Contents

21 March 2012
Vol 4, Issue 126
  • Contents

    • Perspective

      • Merging Systems Biology with Pharmacodynamics

        Enhanced pharmacodynamic models combine favorable features of systems biology and traditional models and may form the basis of precision medicine.

    • Research Articles

      • Characterization of Circulating Endothelial Cells in Acute Myocardial Infarction

        Features of endothelial cells in blood samples may eventually permit prediction of atherosclerotic plaque rupture events.

      • Prostaglandin D2 Inhibits Hair Growth and Is Elevated in Bald Scalp of Men with Androgenetic Alopecia

        Prostaglandin D2 inhibits hair growth through its receptor, GPR44, and this pathway could serve as a new target for developing treatments for male pattern baldness.

      • Restoring Methicillin-Resistant Staphylococcus aureus Susceptibility to β-Lactam Antibiotics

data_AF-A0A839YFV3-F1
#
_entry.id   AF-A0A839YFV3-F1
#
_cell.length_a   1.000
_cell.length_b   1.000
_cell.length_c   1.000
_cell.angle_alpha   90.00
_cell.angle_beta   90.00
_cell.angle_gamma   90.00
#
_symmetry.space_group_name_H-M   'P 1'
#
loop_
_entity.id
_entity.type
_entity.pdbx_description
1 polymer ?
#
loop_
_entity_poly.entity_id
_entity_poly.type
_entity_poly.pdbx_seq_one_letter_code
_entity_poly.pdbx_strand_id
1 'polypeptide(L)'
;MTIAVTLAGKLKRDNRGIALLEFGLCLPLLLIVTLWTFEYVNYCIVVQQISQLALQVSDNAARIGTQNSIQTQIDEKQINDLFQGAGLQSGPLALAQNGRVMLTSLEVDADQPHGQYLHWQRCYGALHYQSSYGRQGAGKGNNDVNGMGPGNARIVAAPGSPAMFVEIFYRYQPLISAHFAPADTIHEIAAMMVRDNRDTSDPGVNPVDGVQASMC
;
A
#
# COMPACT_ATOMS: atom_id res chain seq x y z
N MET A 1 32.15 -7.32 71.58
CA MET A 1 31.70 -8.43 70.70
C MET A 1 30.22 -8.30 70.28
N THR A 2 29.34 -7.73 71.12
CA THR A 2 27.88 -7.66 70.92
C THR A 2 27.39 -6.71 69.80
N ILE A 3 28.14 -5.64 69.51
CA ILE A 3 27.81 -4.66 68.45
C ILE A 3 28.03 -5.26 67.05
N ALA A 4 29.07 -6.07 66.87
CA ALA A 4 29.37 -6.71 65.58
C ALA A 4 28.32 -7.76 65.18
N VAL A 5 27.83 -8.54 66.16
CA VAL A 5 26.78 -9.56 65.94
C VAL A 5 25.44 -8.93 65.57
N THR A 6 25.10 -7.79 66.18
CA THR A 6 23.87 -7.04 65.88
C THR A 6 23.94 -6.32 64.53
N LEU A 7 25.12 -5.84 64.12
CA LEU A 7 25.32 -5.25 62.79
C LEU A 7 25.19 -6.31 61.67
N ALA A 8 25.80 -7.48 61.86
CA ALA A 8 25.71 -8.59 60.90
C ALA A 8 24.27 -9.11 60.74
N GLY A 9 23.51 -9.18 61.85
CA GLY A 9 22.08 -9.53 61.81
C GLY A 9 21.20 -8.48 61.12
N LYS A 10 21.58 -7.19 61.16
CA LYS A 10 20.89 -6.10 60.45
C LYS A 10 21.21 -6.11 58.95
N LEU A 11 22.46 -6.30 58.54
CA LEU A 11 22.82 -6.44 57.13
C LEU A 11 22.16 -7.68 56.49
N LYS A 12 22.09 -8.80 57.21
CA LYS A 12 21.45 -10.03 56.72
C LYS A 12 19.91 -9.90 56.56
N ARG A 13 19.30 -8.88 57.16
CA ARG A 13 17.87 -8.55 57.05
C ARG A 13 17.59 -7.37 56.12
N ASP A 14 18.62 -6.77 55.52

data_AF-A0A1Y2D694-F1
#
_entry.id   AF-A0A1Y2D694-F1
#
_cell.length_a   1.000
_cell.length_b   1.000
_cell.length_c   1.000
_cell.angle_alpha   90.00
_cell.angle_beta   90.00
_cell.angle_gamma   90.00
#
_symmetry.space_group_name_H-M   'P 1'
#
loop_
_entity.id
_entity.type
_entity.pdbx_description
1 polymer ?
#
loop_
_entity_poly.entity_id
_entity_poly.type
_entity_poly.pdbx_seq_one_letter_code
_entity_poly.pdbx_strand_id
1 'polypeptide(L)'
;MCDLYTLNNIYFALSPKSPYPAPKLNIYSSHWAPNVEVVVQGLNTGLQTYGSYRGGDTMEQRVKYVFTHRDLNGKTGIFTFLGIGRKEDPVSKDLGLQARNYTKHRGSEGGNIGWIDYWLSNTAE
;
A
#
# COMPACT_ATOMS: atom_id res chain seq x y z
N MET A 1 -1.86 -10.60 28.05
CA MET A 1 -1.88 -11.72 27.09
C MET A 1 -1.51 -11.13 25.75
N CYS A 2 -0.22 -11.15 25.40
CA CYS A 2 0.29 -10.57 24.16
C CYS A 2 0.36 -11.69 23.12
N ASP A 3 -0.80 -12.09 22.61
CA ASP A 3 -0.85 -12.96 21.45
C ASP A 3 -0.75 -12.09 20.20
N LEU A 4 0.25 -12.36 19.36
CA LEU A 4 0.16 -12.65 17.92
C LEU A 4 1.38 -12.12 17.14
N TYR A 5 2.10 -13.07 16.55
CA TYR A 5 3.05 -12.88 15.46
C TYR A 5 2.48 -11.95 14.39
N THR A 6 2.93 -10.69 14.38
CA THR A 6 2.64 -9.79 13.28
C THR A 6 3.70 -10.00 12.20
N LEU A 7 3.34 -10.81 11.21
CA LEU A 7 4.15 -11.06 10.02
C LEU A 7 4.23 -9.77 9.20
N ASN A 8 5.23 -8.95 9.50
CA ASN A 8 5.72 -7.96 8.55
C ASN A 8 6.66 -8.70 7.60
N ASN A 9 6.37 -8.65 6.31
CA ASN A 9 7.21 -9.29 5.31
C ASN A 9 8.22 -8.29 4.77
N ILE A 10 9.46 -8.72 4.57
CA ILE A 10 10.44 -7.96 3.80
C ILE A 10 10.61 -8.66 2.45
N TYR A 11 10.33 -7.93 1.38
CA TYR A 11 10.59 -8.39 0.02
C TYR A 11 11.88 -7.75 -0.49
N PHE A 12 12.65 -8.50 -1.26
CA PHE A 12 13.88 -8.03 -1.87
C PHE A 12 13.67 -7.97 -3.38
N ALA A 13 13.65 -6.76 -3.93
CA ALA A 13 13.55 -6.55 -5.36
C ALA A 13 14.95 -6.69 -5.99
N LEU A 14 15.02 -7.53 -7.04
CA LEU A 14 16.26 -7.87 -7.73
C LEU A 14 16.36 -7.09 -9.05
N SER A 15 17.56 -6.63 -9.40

Methicillin-resistant Staphylococcus aureus infection can be treated effectively by combining a β-lactam antibiotic with a drug that targets FtsZ.

    • Editors' Choice

      • Twin Peaks

        Genetic factors regulate the brain’s high-frequency gamma waves, which are disrupted in schizophrenia.

      • A Painful Question of Metabolism

        Metabolomics analysis implicates altered sphingolipids in chronic neuropathic pain.

      • If I Had a Nickel for Every Wheeze

        Rhinovirus infection may exacerbate asthma symptoms by inducing type III interferon lambda.

About The Cover

Cover image expansion

ONLINE COVER Beating MRSA with a One-Two Punch. The cover shows colonies of methicillin-resistant Staphylococcus aureus (MRSA) grown in agar spiked with different antibiotics. Resistance of bacteria to β-lactam antibiotics, a mainstay of infectious disease treatment, continues to emerge and has resulted in MRSA becoming a major cause of mortality in hospitals. Tan et al. now show that a small molecule that blocks FtsZ, a vital component of MRSA's replication apparatus, not only stops the pathogen from growing but also renders it once again sensitive to β-lactam antibiotics. This one-two punch may be a valuable therapeutic strategy for combating MRSA in hospitals. [CREDIT: C. BICKEL/SCIENCE TRANSLATIONAL MEDICINE]